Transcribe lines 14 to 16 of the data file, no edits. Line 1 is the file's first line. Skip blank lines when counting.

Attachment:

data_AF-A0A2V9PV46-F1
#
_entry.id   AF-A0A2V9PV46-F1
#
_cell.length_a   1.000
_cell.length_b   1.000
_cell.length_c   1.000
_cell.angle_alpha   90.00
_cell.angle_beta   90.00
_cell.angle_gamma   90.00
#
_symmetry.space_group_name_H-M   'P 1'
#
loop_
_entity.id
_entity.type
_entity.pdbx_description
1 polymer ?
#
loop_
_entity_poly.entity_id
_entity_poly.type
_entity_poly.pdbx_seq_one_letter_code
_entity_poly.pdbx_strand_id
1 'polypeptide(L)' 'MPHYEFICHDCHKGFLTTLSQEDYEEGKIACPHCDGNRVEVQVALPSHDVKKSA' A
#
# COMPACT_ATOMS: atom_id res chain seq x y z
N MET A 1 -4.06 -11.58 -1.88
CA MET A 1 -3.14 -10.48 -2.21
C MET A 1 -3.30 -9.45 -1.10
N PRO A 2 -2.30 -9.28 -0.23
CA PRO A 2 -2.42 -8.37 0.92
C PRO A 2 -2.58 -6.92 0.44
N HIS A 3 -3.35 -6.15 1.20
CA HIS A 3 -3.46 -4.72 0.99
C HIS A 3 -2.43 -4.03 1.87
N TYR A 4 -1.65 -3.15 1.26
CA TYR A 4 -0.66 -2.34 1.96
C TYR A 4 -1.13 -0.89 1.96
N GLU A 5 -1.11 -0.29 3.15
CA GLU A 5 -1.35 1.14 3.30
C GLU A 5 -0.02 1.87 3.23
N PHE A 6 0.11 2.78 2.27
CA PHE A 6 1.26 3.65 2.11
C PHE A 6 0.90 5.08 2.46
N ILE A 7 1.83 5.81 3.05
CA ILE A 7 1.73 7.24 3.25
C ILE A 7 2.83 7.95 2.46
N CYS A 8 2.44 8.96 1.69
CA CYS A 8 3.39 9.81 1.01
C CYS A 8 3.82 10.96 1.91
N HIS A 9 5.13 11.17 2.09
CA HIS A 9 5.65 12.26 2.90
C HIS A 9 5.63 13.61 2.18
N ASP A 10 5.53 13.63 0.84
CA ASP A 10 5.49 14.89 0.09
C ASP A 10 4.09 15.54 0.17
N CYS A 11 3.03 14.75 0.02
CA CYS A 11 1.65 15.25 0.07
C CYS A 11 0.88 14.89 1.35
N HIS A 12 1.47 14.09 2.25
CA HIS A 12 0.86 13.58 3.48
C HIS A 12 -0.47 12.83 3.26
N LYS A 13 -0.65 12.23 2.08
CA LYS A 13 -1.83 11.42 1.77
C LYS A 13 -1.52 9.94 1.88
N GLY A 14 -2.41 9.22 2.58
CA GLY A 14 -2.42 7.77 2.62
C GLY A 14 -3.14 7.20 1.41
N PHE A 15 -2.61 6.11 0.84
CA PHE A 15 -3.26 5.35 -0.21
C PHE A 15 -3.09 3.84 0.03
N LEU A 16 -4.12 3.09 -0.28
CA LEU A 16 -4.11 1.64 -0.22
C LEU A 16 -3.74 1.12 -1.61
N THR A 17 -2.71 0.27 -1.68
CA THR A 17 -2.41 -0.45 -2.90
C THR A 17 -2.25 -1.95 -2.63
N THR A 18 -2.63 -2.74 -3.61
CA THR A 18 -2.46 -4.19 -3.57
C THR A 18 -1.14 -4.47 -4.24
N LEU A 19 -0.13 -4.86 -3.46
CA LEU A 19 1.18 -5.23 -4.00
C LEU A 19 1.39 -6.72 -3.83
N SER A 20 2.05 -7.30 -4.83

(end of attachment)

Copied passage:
loop_
_entity.id
_entity.type